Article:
Shout out to those environmentalists with a scientific inclination; the initiative 'Germany - Land of Ideas' in association with the Federal Ministry of Education & Research is organizing a German-Indian ideas competition. This venture is part of their international campaign 'Shaping the Future – Building the City of Tomorrow', and the search is on for sustainable innovations that'll help solve the challenge of waste disposal in modern Indian cities. Titled From Waste To Resource – How Can We Turn Garbage Into Gold?, the contest opens on April 27th 2016, and the deadline for the same is June 10, 2016. All interested participants from India and Germany are invited to share their concepts for successful waste management so the ideas can be actualized. These ideas will first
Most of us can begin listing dates of festivals and public holidays as soon as we're asked. Why? – Because we simply love having a day off from work, love gorging on sweets, and love celebrations. But, lost in infatuation with festivals, we often forget to celebrate a day which probably holds the most significance in our lives, and the future of our planet – The Earth Day. The idea for a day to focus on the environment came to its founder G. Nelson, then a U.S. Senator, who was inspired by the 1970 student anti-war movement. He realized that if he could infuse that energy with an emerging public consciousness about air and water pollution, it would force environmental protection onto the political agenda. The idea clicked, it garnered national and international support over the y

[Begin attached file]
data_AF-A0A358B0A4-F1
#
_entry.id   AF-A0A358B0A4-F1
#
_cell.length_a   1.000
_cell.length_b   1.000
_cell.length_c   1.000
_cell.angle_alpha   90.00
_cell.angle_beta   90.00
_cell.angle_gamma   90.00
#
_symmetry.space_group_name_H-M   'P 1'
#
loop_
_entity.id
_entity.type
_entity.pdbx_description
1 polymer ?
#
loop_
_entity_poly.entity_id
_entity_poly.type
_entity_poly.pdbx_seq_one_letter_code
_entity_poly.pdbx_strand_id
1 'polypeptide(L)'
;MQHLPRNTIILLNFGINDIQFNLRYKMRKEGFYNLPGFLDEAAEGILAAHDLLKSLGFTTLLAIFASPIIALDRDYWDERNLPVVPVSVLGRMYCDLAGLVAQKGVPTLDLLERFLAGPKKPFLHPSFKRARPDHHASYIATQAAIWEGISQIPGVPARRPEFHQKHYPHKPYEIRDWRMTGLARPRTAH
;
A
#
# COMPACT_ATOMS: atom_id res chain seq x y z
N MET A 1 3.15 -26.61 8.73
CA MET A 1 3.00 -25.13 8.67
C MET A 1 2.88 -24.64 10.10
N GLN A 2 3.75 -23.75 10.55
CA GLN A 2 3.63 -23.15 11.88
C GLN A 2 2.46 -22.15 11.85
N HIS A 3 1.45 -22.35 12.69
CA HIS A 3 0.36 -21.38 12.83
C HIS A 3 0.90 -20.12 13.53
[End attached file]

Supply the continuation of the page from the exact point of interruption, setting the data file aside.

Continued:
By the time you finish reading this post, more than 199 tons of paper will have been produced. About 3,068,381 trees will already have been chopped down for those sheets. And since making each kilogram of paper requires a whopping 324 liters of water – 58,479,732 liters will have been soaked up by the very same paper. 42% of all global wood harvest is eaten up by our paper needs. Is this easily replaceable commodity really what we want to spend our forest resources on, seeing as now we have plentiful technological alternatives? Maybe, we do want that. Because even though a reduction in paper usage was predicted due to the electronic revolution, that never actually happened. In fact, the demand for paper is expected to double by 2030. People simply don't want to stop using paper.